A Pulitzer Prize–winning historian observes that had Franklin Roosevelt served another few terms, Americans might never have had fought and died in Vietnam.
Having fought in Algeria in the French Army, Morgan (My Battle of Algiers, 2006, etc.) understands military culture and lost causes. The great lost cause in question is French control of Indochina after World War II, a conflict that witnessed a curious accommodation. Under Japanese command, French soldiers and colonialists continued to administer the territory throughout much of the war, even as Communist fighters under Ho Chi Minh and other leaders waged a steady campaign of national liberation. Ho saw no problem in the French defeat by Japan, reckoning that it exposed the faraway European power as a paper tiger. Moreover, he served as a good ally of the Allies throughout the years of the war, in at least one instance rescuing a downed American flyer but being rebuffed by American officials for his troubles. Meanwhile, writes Morgan, “FDR felt strongly that colonialism had no place in the postwar world,” grimly noting that Americans were dying in the Pacific Theatre precisely because of what he called “the short-sighted greed of the French and the British and the Dutch.” The French refusal to give up Indochina led to a grinding war of suppression that a post-FDR America supported to the tune of millions of dollars, a war against China and the Soviet Union by proxy. It also led to the legendary defeat at Dien Bien Phu, when waves of Vietminh fighters surrounded a French army—“not a single Viet ran, they all had to be killed,” said one exhausted French soldier—and, over the course of weeks, bled it dry. The author writes of the battle in specific detail rivaling the best of Bernard Fall, Neil Sheehan and other writers on the French and American wars in Indochina, linking it to the eventual immersion of the United States in Vietnam, extending the war another 20 years.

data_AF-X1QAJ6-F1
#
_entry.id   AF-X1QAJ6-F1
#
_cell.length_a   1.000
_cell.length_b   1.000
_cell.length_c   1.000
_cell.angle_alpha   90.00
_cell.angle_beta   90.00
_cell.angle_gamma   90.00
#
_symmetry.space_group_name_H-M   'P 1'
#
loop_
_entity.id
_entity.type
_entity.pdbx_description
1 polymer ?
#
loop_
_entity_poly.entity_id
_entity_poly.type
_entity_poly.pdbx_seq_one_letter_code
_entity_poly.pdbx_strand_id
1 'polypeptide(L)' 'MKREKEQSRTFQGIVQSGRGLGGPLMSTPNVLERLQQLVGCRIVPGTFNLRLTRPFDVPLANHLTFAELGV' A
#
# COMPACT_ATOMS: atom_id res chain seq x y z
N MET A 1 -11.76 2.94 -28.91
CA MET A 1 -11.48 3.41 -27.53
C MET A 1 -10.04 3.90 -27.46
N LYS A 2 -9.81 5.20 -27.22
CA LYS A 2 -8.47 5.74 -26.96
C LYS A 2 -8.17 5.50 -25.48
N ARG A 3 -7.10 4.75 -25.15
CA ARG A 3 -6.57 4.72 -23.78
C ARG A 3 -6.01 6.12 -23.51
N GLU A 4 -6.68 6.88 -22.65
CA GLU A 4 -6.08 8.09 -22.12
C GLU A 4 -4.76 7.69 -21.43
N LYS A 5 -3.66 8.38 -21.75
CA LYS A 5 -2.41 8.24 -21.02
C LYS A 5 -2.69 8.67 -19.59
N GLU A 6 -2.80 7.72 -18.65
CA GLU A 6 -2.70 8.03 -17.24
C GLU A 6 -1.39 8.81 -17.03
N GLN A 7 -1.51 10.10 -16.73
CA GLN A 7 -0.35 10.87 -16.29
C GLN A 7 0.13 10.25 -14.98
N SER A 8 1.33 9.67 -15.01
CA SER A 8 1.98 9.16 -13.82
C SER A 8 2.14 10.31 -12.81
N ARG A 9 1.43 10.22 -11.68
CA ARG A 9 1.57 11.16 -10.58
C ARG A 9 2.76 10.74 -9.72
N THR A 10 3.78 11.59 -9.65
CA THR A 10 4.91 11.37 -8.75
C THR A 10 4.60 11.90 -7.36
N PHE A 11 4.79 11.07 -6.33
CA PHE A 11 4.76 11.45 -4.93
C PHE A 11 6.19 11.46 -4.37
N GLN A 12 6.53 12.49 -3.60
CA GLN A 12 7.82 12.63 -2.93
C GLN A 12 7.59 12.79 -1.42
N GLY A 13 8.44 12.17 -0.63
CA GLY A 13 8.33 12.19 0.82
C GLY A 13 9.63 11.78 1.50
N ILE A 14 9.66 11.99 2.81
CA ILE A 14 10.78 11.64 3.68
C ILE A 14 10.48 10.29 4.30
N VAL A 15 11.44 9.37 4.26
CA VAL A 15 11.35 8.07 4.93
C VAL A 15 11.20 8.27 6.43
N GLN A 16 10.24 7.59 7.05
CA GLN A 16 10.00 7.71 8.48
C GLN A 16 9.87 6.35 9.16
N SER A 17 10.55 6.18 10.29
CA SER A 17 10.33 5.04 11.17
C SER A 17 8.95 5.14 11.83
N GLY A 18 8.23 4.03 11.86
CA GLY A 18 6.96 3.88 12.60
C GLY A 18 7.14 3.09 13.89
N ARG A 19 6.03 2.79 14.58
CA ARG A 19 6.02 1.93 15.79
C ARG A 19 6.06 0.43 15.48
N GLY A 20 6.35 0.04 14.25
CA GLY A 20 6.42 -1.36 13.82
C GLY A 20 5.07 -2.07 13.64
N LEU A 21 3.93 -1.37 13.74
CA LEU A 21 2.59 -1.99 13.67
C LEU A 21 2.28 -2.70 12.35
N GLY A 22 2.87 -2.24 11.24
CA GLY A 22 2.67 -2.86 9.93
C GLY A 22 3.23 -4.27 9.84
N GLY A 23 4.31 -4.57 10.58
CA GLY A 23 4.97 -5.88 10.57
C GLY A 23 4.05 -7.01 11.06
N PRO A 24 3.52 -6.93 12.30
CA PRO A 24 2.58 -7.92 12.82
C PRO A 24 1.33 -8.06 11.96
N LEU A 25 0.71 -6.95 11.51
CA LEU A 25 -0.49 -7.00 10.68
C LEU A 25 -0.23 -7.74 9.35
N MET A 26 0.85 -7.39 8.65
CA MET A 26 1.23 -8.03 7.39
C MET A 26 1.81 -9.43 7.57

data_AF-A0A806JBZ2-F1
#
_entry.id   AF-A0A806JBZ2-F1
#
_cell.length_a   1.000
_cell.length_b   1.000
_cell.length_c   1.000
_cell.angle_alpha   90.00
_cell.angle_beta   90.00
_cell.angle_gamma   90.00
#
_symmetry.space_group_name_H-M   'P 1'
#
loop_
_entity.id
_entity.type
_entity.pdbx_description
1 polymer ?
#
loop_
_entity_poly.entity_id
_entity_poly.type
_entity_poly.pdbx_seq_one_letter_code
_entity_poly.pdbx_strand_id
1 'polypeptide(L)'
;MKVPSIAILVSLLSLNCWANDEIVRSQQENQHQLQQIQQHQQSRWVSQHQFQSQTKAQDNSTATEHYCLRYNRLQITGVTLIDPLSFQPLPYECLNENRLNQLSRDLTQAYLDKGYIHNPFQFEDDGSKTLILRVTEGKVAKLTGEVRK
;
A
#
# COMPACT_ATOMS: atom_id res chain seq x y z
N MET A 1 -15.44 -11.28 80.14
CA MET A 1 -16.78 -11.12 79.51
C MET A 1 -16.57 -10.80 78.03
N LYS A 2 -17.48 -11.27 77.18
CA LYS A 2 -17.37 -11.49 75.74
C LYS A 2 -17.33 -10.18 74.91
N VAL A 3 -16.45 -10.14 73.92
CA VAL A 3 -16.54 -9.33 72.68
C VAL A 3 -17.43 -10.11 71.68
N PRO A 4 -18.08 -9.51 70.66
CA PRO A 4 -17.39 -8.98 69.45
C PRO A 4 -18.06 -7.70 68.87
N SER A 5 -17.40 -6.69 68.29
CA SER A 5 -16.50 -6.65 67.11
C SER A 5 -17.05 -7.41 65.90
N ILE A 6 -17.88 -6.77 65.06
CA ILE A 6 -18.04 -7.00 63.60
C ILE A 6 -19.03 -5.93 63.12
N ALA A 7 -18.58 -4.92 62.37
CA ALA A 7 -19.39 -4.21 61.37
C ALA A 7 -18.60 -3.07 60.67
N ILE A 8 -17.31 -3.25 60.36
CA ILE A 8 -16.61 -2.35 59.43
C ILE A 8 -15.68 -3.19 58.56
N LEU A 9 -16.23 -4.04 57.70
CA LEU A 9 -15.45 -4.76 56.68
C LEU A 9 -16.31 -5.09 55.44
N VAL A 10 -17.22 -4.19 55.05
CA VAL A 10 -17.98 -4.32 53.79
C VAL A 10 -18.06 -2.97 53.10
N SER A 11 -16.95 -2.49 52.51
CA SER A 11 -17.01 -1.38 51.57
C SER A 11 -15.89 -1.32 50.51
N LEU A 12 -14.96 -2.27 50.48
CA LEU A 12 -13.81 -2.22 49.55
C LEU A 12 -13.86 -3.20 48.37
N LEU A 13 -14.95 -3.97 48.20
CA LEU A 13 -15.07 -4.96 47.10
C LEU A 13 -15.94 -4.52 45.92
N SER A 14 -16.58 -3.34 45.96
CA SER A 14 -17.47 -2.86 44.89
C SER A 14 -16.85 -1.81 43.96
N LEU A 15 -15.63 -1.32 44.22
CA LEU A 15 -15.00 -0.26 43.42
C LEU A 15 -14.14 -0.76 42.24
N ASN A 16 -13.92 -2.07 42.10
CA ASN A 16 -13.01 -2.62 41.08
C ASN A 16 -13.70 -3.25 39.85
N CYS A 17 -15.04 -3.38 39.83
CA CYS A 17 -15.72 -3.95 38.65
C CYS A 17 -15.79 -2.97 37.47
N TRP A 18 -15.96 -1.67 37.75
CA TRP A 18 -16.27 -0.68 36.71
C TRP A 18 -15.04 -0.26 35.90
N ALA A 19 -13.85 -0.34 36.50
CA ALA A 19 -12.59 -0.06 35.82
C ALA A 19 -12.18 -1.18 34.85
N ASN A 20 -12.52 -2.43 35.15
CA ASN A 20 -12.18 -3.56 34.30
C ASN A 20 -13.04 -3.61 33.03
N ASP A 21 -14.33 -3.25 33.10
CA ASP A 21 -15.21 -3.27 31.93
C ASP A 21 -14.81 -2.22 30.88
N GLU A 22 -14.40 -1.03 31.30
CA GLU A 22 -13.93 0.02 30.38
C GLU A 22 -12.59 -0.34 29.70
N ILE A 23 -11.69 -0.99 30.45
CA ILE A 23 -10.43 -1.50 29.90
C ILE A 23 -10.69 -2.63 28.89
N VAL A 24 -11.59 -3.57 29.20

A superb portrait of battle and its reverberations beyond the fields of fire.